Total Budget and Reserves
• Hamilton County
$624 million: 2011-12 fiscal year budget
$85 million: reserves
$201 million: 2011-12 fiscal year budget
$26 million: reserves
Source: Chattanooga, Hamilton County
Chattanooga and Hamilton County are facing possible changes to their bond ratings as uncertainty in the markets leaves local government leaders questioning what will happen next.
Hamilton County's AAA bond rating with all three major ratings agencies is higher than the federal government's -- at least for now.
Chattanooga will face a ratings review in a matter of months that could alter its own AA+ rating when it seeks to issue new bonds.
Ratings from the three major credit agencies -- Fitch, Standard & Poor's and Moody's -- can signal the agencies' confidence in a government's ability to pay back the debt on bond issues. The rating can affect the interest rate the government will pay on its debt.
County leaders have prided themselves in achieving AAA status, even making drastic budget cuts this summer to maintain a budget reserve of at least three months of operating expenses to preserve it. S&P has affirmed the county's AAA status.
Nonetheless, on Aug. 4, Moody's signaled a possible downgrade by issuing a negative outlook, said David Jacobson, Moody's spokesman. The agency also has given the federal government and the state of Tennessee a negative outlook. If the state's rating drops, the county's could, too.
"They've said they are going to call us in the next two to three weeks," said County Finance Director Louis Wright. "They're tying us to the state."
Jacobson said Moody's constantly is evaluating governments and is considering Hamilton County separately from the state and federal governments.
County Commission Chairman Larry Henry said the negative outlook is "no reflection at all on what we're doing here in the county."
Commissioner Warren Mackey, chairman of the Finance Committee, said his only concern is that a possible downgrade could affect the county's interest rate when it inevitably must borrow to build new schools in the eastern part of the county to accommodate growth.
Wright refused to speculate about the effects of a possible downgrade on the county's future borrowing. He said the market reaction to S&P's downgrade of the federal government -- an immediate interest rate drop -- shows that the situation is unpredictable.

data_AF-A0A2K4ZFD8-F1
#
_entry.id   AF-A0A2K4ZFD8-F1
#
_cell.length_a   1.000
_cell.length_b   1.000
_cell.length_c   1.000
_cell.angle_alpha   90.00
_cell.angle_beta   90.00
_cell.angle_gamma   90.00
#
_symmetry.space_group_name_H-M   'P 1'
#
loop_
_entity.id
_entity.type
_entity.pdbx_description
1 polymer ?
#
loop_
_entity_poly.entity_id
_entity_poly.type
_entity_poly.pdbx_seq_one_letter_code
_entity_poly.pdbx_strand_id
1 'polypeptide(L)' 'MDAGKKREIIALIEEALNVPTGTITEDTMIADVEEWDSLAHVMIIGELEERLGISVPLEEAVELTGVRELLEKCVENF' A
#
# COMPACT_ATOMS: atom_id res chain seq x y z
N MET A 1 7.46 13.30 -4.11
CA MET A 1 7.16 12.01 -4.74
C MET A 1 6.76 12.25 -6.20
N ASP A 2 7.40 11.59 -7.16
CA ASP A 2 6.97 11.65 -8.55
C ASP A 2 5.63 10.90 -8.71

Daisy Madison, CFO for the city of ChattanoogaContributed Photo from City of Chattanooga
Daisy Madison, the city's chief finance officer, said this week she is "cautiously optimistic" the city will not face any downgrade in bond ratings. Instead, the city plans to argue to S&P and Fitch, the two agencies that rate the city, that it should receive an upgrade to AAA.
The ratings agencies have the discretion to conduct a review of finances at any time, she said, but the city plans to have a bond issue for the last two fiscal years' capital budgets sometime around October or November, and that will trigger a review.
There are negligible differences between a AA+ rating compared to a AAA rating, Madison said. But a recent analysis undertaken by Madison found the city could save $2 million over a 30-year period if it had AAA status, she said.
A $1 million debt would save the city about $1,000 a year under AAA status and go down as the principle is paid down, she said, but savings are savings.
"I'll take it," Madison said.
The arguments the city will make for the AAA status include raising property taxes when necessary and addressing city retiree pensions by cutting them, she said. The city also hiked water quality fees and all other city fees, such as permits and park facility rental rates.
Such tough changes show Mayor Ron Littlefield and the City Council are willing to take the steps needed to keep the city's financial ship afloat, Madison said.
"I think the ratings agencies will agree," she said. "It shows [the council and mayor] are willing to step up and do the necessary things."
Council Chairwoman Pam Ladd said she had no concerns about a downgrade because the city is independent with its own charter and not tied to the state or federal government. She also thinks the city has a valid argument for an upgrade since it has shown fiscal responsibility, she said.
"We've did the tough choices," she said. "We passed the property tax, the water quality fee and we passed other fees."
Ansley Haman covers Hamilton County government. A native of Spring City, Tenn., she grew up reading the Chattanooga Times and Chattanooga Free Press, which sparked her passion for journalism. Ansley's happy to be home after a decade of adventures in more than 20 countries and 40 states. She gathered stories while living, working and studying in Swansea, Wales, Cape Town, South Africa, Washington, D.C., Atlanta, Ga., and Knoxville, Tenn. Along the way, she interned for ...